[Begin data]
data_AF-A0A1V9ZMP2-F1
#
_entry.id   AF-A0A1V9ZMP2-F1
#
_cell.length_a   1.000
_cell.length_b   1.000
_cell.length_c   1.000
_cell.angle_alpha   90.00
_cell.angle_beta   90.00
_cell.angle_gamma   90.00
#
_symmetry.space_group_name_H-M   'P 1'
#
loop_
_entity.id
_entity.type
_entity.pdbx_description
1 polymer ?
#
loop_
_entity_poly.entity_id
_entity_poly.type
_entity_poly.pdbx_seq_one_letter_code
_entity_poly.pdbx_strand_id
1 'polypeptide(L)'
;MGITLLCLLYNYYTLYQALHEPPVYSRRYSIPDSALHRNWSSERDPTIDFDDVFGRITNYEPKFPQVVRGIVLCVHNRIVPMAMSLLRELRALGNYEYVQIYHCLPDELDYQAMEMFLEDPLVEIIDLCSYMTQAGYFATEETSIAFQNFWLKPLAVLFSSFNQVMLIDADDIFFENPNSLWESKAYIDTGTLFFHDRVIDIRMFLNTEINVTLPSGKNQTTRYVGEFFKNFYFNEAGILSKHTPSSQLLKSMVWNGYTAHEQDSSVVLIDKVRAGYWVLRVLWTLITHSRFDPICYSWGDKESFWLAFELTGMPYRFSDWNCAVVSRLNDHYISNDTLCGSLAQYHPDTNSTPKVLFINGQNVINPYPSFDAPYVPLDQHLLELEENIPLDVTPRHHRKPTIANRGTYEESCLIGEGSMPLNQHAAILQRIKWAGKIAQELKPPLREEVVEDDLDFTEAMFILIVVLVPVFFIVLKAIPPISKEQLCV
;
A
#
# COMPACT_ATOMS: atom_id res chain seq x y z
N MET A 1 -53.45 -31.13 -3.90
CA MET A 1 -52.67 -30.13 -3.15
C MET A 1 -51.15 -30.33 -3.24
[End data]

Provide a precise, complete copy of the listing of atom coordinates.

data_AF-A0A1V9ZMP2-F1
#
_entry.id   AF-A0A1V9ZMP2-F1
#
_cell.length_a   1.000
_cell.length_b   1.000
_cell.length_c   1.000
_cell.angle_alpha   90.00
_cell.angle_beta   90.00
_cell.angle_gamma   90.00
#
_symmetry.space_group_name_H-M   'P 1'
#
loop_
_entity.id
_entity.type
_entity.pdbx_description
1 polymer ?
#
loop_
_entity_poly.entity_id
_entity_poly.type
_entity_poly.pdbx_seq_one_letter_code
_entity_poly.pdbx_strand_id
1 'polypeptide(L)'
;MGITLLCLLYNYYTLYQALHEPPVYSRRYSIPDSALHRNWSSERDPTIDFDDVFGRITNYEPKFPQVVRGIVLCVHNRIVPMAMSLLRELRALGNYEYVQIYHCLPDELDYQAMEMFLEDPLVEIIDLCSYMTQAGYFATEETSIAFQNFWLKPLAVLFSSFNQVMLIDADDIFFENPNSLWESKAYIDTGTLFFHDRVIDIRMFLNTEINVTLPSGKNQTTRYVGEFFKNFYFNEAGILSKHTPSSQLLKSMVWNGYTAHEQDSSVVLIDKVRAGYWVLRVLWTLITHSRFDPICYSWGDKESFWLAFELTGMPYRFSDWNCAVVSRLNDHYISNDTLCGSLAQYHPDTNSTPKVLFINGQNVINPYPSFDAPYVPLDQHLLELEENIPLDVTPRHHRKPTIANRGTYEESCLIGEGSMPLNQHAAILQRIKWAGKIAQELKPPLREEVVEDDLDFTEAMFILIVVLVPVFFIVLKAIPPISKEQLCV
;
A
#
# COMPACT_ATOMS: atom_id res chain seq x y z
N MET A 1 -53.45 -31.13 -3.90
CA MET A 1 -52.67 -30.13 -3.15
C MET A 1 -51.15 -30.33 -3.24